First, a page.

Theatre led to Ling's breakthrough Chinese performance in On the Beach. She played a country girl who leaves her village, where she catches fish with her family for a living, to move to the big city. The new town brings her a lucrative job and the affection of many men. She enjoys sleeping with city boys, but has promised to marry her cousin back home in an arranged marriage. "In the village, marriage is you marry your relatives, which is not healthy, but she's promised to her cousin who she doesn't like," Ling explains. She recalls the film sparking controversy in China, but it led to more roles.


In the early 1990s, New York University invited Ling to the school as a guest. Ling obtained an American film agent while in town. She heard director Mary Katzke was looking for a lead for her new film Pen Pals, but the agent doubted Ling could score the role. "For some reason I came to LA," Ling says. "I just felt the opportunity here." She booked a room at the Shutters Hotel. "I loved that," Ling says. "Every day I opened my window and there was the ocean." Although Ling had never driven in her life, she rented a car. The day of the audition, Ling left her hotel early; it took her three hours to reach her destination. "When I told the director the story, I think I probably moved her," Ling says. "It's a surreal story." Ling scored the role.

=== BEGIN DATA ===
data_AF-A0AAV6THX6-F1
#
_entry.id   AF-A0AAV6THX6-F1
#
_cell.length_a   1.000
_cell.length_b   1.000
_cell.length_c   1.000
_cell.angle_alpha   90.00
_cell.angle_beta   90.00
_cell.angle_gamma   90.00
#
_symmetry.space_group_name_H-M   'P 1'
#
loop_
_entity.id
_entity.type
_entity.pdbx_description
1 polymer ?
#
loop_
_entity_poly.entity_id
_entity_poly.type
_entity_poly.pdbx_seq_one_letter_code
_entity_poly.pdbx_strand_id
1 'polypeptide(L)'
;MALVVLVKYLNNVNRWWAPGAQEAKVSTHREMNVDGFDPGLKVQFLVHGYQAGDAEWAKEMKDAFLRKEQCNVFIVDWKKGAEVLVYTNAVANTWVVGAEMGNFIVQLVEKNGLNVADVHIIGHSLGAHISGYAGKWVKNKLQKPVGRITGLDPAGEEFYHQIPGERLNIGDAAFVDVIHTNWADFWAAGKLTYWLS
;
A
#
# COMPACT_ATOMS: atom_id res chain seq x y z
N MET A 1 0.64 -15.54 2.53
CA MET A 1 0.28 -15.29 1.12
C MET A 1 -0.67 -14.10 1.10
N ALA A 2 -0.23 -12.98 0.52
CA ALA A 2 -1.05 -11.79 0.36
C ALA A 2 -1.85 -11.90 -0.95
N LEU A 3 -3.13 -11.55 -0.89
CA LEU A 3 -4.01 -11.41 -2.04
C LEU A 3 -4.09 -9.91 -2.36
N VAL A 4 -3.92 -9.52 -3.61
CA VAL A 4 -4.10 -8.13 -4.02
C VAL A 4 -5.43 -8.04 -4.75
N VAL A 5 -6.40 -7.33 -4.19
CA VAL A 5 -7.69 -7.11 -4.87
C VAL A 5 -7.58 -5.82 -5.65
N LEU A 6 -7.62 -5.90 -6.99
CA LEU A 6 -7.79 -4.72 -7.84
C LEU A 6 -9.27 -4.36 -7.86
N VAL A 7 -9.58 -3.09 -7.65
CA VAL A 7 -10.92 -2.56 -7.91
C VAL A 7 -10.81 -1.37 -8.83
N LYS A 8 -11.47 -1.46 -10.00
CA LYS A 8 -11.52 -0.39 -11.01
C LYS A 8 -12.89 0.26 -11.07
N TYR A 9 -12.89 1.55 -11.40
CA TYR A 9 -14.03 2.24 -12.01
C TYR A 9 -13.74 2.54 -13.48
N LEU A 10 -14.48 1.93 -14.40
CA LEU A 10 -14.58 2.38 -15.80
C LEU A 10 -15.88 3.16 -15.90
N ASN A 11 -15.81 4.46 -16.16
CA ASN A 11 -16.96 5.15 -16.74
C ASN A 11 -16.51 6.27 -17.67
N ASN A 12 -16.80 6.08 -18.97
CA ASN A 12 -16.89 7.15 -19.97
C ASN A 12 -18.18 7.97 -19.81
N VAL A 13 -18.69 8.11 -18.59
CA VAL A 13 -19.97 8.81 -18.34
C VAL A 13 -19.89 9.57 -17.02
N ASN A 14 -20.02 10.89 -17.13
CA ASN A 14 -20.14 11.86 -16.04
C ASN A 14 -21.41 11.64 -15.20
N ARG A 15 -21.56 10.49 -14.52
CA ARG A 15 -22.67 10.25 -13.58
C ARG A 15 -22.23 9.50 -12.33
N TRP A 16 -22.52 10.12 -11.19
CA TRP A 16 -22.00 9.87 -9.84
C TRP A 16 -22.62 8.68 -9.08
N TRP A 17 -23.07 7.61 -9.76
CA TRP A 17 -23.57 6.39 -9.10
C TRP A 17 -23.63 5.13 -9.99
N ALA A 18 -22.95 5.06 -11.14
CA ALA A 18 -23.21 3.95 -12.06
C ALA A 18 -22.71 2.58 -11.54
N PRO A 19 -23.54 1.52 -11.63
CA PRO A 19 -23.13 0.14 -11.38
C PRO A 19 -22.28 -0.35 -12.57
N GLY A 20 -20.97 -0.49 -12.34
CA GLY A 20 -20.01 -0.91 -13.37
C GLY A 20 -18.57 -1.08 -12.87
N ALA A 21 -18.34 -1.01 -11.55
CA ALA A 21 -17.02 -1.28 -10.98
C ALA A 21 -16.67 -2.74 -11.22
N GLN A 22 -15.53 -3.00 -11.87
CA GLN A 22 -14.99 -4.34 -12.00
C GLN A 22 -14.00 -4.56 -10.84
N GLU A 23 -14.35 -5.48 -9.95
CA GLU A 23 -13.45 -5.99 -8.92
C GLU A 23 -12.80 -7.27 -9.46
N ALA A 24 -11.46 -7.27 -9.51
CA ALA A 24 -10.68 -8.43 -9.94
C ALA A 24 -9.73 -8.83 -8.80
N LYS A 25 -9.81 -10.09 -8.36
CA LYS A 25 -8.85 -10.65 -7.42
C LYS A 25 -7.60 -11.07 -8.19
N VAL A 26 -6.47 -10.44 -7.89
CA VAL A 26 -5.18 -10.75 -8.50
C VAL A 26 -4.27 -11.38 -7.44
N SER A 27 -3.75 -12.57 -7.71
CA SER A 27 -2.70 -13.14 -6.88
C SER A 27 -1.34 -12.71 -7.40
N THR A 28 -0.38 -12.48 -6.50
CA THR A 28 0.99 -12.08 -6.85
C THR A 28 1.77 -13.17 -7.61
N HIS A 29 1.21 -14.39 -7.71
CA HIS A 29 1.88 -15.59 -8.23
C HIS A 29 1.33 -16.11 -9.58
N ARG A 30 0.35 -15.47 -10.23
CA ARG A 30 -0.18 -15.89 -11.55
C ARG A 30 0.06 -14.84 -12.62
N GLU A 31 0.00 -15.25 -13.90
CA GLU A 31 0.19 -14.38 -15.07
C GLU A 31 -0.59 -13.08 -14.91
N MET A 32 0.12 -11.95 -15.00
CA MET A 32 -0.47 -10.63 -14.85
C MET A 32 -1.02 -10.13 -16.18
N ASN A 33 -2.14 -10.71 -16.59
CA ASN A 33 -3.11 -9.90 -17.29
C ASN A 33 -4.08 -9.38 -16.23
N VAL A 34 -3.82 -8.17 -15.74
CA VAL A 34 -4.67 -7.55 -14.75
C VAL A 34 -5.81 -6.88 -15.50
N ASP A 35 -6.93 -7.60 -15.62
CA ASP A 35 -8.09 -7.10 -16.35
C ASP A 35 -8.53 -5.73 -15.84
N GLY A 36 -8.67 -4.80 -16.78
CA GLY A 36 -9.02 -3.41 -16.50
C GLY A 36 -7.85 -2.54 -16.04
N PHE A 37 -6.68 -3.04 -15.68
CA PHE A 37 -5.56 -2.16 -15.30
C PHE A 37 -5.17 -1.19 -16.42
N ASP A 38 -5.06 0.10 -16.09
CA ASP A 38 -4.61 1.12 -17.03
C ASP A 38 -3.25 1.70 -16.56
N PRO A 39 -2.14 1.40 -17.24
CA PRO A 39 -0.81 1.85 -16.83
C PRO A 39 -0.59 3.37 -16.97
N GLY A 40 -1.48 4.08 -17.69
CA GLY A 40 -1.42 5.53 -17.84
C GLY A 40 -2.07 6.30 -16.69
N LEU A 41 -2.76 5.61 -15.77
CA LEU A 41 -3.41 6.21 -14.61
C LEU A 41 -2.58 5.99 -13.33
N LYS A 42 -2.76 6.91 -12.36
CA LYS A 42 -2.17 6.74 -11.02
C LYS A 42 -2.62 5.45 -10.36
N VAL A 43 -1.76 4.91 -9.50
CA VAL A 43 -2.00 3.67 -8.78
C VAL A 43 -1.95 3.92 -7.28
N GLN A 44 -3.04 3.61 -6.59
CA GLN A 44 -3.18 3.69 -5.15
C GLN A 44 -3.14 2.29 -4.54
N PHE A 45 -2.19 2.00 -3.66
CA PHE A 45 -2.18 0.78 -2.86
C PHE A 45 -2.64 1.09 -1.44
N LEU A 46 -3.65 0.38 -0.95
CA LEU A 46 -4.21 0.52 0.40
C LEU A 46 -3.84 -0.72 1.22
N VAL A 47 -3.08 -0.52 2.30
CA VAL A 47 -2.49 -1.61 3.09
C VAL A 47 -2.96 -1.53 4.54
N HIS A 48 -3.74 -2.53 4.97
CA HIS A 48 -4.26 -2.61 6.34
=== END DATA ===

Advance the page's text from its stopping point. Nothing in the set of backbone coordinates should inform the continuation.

The film led to more audition opportunities. Ling says agents encouraged her to change her name like previous Asian actresses who had moved to Los Angeles. Ling refused. "They already have Susan. They already have Sophia," she says. "I want them to accept me." At her audition for the 1994 thriller The Crow, Ling showed up dressed in her normal everyday clothes while other actresses wore over-the-top goth ensembles. Director Alex Proyas cast Ling. She says he told her, "They look like that, but you have the power inside."

Every day, for three months, Ling worked with Brandon Lee on the film's set. One day, Ling recalls, he told her, "I heard you're Chinese." Lee told Ling he was Chinese too; she didn't believe him. "He looks like a white boy," Ling says. "My father's Chinese," Lee said. "My father's a big movie star." Ling asked him his dad's name. His response: Bruce Lee. "Never heard of him," Ling says. A few days later, she spoke to a friend in North Carolina. She asked about Bruce Lee, and he told her his Chinese name. The next day, Ling approached Brandon. "Now I know who your father is," she recalls saying. "I don't speak English. I don't know what's Bruce Lee. I know Lee Jun-Fan." They became friends and started playing video games on set. They were the hottest Chinese stars in Hollywood—but then Lee died while filming a stunt on set.